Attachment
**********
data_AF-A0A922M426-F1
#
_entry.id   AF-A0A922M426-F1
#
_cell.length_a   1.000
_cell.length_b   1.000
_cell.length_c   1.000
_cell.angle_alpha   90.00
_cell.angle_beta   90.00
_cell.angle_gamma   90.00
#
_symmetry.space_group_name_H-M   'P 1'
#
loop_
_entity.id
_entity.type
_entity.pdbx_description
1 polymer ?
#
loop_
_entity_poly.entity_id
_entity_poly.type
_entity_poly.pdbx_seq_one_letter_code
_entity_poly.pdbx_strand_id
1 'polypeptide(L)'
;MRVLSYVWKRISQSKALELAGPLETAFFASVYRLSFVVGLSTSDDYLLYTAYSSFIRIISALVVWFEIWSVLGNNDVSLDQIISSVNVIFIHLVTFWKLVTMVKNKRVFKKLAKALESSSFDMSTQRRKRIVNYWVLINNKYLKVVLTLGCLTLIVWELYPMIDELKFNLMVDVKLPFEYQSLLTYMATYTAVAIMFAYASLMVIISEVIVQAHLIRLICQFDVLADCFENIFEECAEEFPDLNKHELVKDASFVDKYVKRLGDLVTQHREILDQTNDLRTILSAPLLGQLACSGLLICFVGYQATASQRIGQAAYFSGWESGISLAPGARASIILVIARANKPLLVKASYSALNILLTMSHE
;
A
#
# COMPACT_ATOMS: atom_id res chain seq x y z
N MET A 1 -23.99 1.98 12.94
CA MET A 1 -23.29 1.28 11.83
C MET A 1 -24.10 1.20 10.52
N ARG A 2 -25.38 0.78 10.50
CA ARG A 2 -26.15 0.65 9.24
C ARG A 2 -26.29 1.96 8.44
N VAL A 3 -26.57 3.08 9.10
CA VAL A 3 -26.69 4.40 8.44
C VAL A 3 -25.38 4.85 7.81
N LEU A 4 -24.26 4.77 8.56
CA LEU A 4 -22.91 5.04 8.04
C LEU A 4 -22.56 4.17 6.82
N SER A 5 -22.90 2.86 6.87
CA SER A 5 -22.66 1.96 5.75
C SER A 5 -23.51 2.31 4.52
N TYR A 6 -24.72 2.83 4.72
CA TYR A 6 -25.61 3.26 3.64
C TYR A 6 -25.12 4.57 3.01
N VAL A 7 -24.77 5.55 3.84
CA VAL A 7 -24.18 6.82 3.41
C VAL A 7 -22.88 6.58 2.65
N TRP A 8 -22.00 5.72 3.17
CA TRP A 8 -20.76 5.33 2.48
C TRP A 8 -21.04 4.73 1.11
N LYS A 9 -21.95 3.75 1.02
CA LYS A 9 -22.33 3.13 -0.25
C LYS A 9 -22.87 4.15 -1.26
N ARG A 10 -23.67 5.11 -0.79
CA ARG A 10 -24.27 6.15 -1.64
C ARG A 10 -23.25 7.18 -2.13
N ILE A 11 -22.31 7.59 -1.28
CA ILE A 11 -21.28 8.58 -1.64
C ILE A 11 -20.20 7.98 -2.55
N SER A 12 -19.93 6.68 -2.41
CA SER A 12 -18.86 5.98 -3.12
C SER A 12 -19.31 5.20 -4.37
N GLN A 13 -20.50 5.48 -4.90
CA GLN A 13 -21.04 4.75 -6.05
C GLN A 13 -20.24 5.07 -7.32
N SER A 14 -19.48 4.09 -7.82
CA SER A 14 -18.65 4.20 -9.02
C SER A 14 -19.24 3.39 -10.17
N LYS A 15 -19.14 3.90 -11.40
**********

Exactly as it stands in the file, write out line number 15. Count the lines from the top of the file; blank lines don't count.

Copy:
_entity.id